King County Executive Dow Constantine recently met with employees from the County’s Native American Leadership Council (NALC) to learn about their experiences as employees, what the County can do to bring more Native American employees into its workforce and help them advance, and how the County can be more effective in serving Native people in local communities.  At his November 19 Employee Listening Session, Executive Constantine discussed a wide range of issues with Tristen Gardner from the Local Hazardous Waste Management Program, Andy Boland from Parks Division, Natasha Frazier from the Department… Read More

Awards recognize performance excellence at King County 

King County celebrated the best in employee innovation and service excellence at the inaugural Executive’s Performance Excellence Awards, a program created to recognize projects, improvements, and innovations in departments that are driving exceptional, measurable results.  Departments were each asked to submit up to two nominations in five key areas – cost, service, people, equity and social justice, and environment. Fifteen projects – three in each category – were named as finalists for the awards.   The winning workgroups are:  Cost: Fleet Diagnostics (DOT/Fleet)  Service: Missed Trip Reduction (Metro Transit)  People: Part-Time Employment Program… Read More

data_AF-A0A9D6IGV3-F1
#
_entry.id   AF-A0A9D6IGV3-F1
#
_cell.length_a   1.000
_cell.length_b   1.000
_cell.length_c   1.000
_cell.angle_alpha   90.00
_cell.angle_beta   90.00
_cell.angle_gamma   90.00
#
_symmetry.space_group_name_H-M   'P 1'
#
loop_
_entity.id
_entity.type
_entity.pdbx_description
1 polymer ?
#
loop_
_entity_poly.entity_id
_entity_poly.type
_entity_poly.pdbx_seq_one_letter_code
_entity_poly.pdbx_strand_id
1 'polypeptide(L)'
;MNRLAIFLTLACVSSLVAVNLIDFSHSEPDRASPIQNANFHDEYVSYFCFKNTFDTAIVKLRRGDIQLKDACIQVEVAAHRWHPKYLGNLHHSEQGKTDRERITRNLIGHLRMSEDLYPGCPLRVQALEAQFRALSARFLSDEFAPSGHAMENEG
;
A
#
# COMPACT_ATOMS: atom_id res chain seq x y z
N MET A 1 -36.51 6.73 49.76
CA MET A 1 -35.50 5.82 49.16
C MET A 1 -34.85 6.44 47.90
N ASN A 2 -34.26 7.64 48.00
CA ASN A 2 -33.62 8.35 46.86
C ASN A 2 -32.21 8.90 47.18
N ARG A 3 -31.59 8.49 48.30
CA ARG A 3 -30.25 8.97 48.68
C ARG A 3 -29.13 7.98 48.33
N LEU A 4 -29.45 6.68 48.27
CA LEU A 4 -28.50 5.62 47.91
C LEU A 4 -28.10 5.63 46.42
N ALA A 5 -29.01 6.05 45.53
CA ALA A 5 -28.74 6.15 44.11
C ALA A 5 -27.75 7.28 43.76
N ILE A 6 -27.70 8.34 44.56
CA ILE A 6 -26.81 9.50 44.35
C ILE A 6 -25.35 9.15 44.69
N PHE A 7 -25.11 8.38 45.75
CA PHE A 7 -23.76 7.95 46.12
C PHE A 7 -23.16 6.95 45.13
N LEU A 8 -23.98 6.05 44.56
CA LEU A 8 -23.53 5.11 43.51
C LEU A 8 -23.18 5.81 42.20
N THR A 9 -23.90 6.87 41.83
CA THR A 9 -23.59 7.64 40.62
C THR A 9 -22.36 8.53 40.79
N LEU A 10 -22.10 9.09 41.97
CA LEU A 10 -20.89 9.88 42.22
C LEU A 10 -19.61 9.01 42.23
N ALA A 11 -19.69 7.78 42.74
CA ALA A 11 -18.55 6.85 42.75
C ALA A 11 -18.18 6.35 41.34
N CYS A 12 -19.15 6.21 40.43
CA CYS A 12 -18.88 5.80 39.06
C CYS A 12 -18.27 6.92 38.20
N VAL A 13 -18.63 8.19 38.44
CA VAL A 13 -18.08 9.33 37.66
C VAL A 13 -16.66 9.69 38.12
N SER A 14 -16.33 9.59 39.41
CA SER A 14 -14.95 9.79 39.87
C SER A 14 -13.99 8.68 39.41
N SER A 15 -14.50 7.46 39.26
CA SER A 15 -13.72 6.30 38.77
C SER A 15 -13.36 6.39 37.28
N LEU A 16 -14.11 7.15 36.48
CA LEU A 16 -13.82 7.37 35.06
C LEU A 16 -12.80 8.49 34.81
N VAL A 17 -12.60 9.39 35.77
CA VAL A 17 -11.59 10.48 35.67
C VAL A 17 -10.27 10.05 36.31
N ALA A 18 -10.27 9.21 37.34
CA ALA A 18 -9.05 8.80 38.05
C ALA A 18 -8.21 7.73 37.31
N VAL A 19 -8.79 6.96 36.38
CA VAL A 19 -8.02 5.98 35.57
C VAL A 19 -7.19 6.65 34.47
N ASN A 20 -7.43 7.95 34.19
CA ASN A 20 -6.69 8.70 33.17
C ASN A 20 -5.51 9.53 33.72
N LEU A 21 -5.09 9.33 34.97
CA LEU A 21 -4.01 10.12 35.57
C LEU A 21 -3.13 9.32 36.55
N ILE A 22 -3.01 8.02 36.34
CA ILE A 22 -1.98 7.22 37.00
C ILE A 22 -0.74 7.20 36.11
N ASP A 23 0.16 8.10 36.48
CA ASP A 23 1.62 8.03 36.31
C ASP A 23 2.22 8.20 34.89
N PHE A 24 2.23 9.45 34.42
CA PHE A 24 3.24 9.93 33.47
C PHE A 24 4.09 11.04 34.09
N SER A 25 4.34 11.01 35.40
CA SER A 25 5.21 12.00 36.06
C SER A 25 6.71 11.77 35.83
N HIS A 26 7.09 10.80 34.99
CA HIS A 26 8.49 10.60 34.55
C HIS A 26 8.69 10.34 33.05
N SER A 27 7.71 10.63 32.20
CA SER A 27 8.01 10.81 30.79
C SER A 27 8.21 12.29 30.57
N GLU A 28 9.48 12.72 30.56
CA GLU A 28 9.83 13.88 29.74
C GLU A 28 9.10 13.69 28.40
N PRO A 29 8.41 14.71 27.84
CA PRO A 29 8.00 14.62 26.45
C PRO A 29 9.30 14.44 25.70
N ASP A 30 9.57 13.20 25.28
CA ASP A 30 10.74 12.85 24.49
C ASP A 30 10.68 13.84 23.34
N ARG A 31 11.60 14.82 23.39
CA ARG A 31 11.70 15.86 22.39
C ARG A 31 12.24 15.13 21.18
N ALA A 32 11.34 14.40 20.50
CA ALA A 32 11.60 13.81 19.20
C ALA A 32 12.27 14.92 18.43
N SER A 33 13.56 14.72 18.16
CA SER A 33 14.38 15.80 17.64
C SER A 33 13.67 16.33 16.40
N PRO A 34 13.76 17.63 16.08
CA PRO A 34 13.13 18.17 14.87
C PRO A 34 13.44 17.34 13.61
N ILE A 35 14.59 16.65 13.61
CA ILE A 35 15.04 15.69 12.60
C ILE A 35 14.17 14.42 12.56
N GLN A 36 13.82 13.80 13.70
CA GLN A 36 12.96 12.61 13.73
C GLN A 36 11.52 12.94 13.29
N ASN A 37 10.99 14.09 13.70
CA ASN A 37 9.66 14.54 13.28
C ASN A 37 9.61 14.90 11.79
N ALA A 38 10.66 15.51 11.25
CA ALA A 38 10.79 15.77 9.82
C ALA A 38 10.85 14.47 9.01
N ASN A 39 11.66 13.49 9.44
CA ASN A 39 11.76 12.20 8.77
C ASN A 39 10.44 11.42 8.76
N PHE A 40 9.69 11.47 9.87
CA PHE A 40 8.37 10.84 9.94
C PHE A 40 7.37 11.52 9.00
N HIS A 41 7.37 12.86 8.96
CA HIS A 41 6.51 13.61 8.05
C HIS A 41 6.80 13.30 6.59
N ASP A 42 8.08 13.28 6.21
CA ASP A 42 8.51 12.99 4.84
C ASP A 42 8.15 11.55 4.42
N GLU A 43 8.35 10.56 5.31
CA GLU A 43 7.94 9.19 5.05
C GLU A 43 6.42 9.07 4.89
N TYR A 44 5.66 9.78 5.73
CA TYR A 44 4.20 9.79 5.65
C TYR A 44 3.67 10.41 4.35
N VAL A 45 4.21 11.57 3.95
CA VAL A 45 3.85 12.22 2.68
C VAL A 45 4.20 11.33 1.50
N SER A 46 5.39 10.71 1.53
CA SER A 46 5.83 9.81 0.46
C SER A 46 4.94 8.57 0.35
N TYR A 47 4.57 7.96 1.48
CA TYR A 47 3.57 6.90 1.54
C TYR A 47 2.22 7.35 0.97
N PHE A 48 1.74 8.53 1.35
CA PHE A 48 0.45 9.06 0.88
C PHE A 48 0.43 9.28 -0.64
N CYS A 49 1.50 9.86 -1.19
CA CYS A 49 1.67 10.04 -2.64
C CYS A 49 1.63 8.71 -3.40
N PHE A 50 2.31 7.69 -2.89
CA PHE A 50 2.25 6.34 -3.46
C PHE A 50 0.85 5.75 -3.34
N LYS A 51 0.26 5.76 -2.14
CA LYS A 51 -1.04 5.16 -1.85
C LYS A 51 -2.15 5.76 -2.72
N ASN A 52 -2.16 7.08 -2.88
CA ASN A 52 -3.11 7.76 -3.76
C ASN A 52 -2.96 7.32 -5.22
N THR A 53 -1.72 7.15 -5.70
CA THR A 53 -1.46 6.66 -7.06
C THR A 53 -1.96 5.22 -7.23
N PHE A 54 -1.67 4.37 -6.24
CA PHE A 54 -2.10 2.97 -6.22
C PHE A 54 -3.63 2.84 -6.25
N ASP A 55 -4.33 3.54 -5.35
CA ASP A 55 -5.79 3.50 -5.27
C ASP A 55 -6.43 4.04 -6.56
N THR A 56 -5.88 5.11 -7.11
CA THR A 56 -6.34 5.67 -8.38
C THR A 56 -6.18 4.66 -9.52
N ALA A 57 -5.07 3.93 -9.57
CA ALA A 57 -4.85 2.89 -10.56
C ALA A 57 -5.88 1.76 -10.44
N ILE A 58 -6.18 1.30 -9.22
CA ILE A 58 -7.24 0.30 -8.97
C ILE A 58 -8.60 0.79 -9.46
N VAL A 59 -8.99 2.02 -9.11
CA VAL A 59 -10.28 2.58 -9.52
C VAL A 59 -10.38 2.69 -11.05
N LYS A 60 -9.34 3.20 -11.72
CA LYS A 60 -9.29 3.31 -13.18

Exec visits Elections employees on Election Day 

King County Executive Dow Constantine visited King County Elections headquarters in Renton on Election Day as the staff counted ballots. This is the first General Election since he and Director Julie Wise made it possible for King County voters to return ballots without having to pay for postage.